Cross Country in a Locost
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Author:  nick47 [ November 24, 2015, 5:19 pm ]
Post subject:  Cross Country in a Locost

I know it's been done, I'm just looking for ideas on how I would plan for it. I'm figuring 500 miles a day, with 200 miles to the first gas stop, 100 to lunch, 100 to the next gas stop, and 100 to the motel. Plus stops at each state border for photos. 8-10 hours per day.

I've done 300 miles in a day, and it was easy and fun except for the eyes. Too much wind. I have goggles, but they're not comfortable after the first couple of hours. I was thinking I'd wear my helmet.

All this would be predicated on rebuilding my engine this winter. I might make it with the current engine, but not without bringing along a 55-gallon drum of oil.

Author:  ngpmike [ November 24, 2015, 6:50 pm ]
Post subject:  Re: Cross Country in a Locost

Well, as one (relocated) Californian to another, if you get near Southern Missouri, give us a shout! Have fun with the preps, and enjoy the adventure, whenever you get around to it.

Author:  rx7locost [ November 24, 2015, 7:16 pm ]
Post subject:  Re: Cross Country in a Locost

Cross country? Like as in ~3,000 miles. Would you have to drive back? That is 6,000 miles in a Locost ? Are you insane?

I've done 12-13 hours in a day, ONCE! It was a big blow to my body. That included stopping every 1-1/2 hour for a break and body fluid intake and disposal. It was 90+ degrees and 90% humidity that day. Not that the car isn't comfortable, but the noise, wind and heat really, really, really wears you down. That weekend was my first Gathering. After arriving, we drove some more over the next couple of days and then drove the 12 hours home again. WOW! just WOW!!! Both exhilarating and tiring.

The 400 miles to my next Gathering in MN was much more easily done, as was my next 400 mile to the Gathering in Cuba MO. So I guess you can do 400 miles a day. Although I'd recommend planning more on 300 miles and if you feel good near the end of the day, keep going to the next motel, or the next. Life is so much more fun when you are not trying to make time or hit a specific targeted city. I will say that interstate driving in a Locost is boring, with a big B! It can be done, but why??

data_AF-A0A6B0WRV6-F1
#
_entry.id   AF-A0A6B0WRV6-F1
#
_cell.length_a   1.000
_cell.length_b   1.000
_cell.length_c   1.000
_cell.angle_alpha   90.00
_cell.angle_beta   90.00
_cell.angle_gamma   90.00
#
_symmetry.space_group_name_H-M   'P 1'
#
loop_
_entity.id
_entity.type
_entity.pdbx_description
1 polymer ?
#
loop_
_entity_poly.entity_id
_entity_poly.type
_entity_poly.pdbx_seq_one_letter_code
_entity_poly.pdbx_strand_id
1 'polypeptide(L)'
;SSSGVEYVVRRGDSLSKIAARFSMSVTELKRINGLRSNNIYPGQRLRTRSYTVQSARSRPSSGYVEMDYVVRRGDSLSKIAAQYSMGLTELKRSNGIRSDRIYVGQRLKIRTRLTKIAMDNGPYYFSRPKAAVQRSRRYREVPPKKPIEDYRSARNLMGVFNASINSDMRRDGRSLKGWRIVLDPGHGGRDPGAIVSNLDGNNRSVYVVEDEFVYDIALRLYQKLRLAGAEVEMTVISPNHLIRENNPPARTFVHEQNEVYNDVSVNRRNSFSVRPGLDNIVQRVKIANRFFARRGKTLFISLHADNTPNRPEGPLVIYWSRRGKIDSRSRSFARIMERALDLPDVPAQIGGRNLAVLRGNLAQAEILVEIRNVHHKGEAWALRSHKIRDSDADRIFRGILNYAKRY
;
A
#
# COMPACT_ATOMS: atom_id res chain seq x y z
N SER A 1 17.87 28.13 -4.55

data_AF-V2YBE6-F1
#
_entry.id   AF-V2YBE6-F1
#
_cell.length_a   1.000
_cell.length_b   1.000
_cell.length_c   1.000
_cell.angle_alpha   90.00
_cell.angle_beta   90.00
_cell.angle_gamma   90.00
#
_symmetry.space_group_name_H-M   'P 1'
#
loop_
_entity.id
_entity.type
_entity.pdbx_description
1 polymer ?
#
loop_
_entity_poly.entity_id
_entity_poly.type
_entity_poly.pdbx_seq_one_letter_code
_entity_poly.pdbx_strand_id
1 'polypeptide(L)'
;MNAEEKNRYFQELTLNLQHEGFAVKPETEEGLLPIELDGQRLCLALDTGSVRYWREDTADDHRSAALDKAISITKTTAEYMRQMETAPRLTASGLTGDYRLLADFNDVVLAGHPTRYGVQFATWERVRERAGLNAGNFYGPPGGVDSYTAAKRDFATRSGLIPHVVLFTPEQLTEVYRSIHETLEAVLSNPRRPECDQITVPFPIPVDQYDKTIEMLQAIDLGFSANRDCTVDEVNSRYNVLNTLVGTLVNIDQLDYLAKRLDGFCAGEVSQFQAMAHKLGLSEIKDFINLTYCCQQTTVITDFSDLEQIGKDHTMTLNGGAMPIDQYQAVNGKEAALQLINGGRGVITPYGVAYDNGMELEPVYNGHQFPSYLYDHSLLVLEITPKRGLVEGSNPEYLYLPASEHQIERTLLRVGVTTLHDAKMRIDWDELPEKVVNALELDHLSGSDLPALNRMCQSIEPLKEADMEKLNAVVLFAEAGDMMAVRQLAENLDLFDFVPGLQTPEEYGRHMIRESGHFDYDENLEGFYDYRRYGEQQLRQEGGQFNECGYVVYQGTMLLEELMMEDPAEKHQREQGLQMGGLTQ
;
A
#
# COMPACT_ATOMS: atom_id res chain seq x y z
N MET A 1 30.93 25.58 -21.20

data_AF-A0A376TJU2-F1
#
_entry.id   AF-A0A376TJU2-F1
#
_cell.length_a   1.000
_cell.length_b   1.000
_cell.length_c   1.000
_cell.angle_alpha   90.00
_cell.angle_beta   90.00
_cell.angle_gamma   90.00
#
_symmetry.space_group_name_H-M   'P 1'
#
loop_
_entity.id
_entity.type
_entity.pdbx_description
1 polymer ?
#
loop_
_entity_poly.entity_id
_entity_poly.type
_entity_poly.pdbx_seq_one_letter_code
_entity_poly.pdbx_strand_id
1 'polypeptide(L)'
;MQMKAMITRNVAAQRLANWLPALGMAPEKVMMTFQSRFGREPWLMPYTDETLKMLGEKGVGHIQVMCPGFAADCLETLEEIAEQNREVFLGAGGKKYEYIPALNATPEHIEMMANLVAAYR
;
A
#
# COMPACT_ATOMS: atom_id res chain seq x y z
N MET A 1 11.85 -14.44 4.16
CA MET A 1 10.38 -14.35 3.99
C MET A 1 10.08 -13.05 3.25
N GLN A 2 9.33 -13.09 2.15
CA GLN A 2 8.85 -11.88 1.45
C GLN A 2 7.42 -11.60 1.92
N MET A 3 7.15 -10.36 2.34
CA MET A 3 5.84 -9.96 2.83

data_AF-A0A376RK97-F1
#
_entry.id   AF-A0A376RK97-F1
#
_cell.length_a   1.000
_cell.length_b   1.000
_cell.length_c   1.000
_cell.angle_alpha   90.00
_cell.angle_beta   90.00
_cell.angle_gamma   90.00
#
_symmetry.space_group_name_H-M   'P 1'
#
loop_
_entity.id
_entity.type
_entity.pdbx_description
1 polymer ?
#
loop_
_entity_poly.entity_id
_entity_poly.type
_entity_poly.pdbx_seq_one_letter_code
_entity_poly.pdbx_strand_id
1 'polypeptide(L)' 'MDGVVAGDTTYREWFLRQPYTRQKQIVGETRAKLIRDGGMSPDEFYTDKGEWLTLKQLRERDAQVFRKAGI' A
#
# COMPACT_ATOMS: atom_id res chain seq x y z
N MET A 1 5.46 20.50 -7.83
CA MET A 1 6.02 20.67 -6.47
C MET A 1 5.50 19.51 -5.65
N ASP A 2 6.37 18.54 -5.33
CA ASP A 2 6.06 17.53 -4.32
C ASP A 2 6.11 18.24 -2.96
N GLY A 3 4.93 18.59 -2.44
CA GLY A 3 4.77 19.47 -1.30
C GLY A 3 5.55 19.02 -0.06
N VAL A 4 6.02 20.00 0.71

Take the back roads and lots of them. 300 miles on state highways would probably be about 8-9 hours driving including food and gas stops. It shouldn't be too bad on your body after the 4th or 5th or 10th day!

If you run into a day or two of inclement weather, your 8-10 hour days would likely become 1-2 hour days. Getting up in the morning to rain is a real downer. You can only get so wet before calling it a day. So plan on being flexible for situations like that.

Slather up with plenty of Sun Screen, and then reapply some more. Take plenty of fluids in the car (water etc to rehydrate yourself). If you don't wear the helmet, then I'd recommend "Global Vision" goggles. I use them all the time at sustained speeds above 50 MPH. They fit fairly well over my prescription glasses. And I also use one earplug on the left ear to reduce the wind buffeting on the eardrum. For me, a helmet would hurt my neck after several hours, let alone days. That reminds me that you should also take plenty of Aspirin or Ibuprofen.

Sounds like a trip that would be worth following on the board here. So leave time at the end of the day for writing. :cheers:

Author:  TooBusy [ November 24, 2015, 8:17 pm ]
Post subject:  Re: Cross Country in a Locost

I did 1100 miles or so in an MGA; that was a LOOOOONG weekend

sunscreen, eye protection, earplugs, and a bottle of NSAIDS

Author:  rx7locost [ November 24, 2015, 9:18 pm ]
Post subject:  Re: Cross Country in a Locost


I did 1100 miles or so in an MGA; that was a LOOOOONG weekend
Cool. Me too. Small world! I did prob'ly about 1600 mile rt to the GT in Charlottesville, VA. When was that? 2002 or 3?

Author:  benny_toe [ November 25, 2015, 1:36 am ]
Post subject:  Re: Cross Country in a Locost